One of the most valuable lessons parents can teach their children is how to responsibly manage money.
Some strategies to teach these lessons include:
- Pay your children a weekly allowance, so they learn to budget money. Some people feel tying an allowance to performing chores instills the concept of working for pay, while others feel chores should be performed without pay as part of the child's family responsibilities. The allowance should increase with age, but should be large enough so children have money left over to make their own purchasing decisions. As much as possible, let your children spend the money as they wish, but don't bail them out when poor choices are made. Let them live with the consequences, so they aren't tempted to repeat their mistakes. That doesn't mean you can't discuss options or encourage them to make other choices, but the final decision should be theirs.
- Give your children opportunities to earn extra money, so they learn that extra effort results in rewards. This gives them an opportunity to earn money for special purchases, while teaching them the rewards of good work ethics. As your children get older, they may want to take on part-time jobs for extra cash. While the jobs can offer good experience, they should realize that doing well in school is their primary responsibility. Go over your children's pay stubs with them, making sure they understand what taxes are deducted for and how much of their pay it represents.
- Encourage your children to save, so they make saving a habit. It's usually easier to save if your child has a specific goal in mind, such as a new toy or bike. Many children will need incentives to encourage them to save. You can require a certain percentage of their weekly allowance be set aside for long-term savings goals. Or you can match your child's savings, perhaps contributing 50? for every dollar your child saves.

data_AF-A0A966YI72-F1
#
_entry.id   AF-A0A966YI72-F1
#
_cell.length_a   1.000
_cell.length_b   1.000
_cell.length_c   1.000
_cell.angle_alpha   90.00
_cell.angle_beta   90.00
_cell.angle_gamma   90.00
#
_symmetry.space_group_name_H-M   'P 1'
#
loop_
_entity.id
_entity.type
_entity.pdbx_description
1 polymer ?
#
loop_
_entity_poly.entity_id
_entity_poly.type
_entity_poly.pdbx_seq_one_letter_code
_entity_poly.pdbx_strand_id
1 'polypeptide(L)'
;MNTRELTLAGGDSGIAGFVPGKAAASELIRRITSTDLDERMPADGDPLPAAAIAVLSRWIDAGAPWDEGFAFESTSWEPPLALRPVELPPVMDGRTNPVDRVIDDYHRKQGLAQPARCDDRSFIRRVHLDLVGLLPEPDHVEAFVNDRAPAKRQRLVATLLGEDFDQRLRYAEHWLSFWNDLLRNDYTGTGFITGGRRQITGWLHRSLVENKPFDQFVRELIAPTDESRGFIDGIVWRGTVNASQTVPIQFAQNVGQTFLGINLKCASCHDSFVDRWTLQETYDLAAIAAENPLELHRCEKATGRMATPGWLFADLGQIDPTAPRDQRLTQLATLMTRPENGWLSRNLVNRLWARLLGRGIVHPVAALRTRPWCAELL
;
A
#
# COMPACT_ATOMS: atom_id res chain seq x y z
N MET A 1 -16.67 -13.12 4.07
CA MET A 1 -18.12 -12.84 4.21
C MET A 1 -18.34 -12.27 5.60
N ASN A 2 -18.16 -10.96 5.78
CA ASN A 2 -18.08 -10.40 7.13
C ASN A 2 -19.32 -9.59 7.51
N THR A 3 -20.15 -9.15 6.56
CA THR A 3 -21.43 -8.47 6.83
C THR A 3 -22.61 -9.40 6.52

- Teach your children the basics of investing, so they learn how to make their savings grow. At an early age, help your child open a savings account. Use the bank statement as an opportunity to explain the concept of compound interest. As your children grow, start to expose them to other investment alternatives. Around age eight or so, explain how businesses operate and how investors buy and sell stocks. Ask for their input on which businesses would make good stock investments, then help them research those choices. They may want to use some of their savings to purchase those stocks. Teach them how to follow stock prices and how to review annual reports. Let your children decide when to buy and sell the stock.
Keep in mind that how you treat money is probably the most significant influence on your children. If you make large purchases only after careful research and price comparisons, your children will learn to be careful before making a purchase. If you use credit cards cautiously and explain how to select a card, what items to charge, and how to pay off the balance every month, your children will learn not to abuse credit cards.
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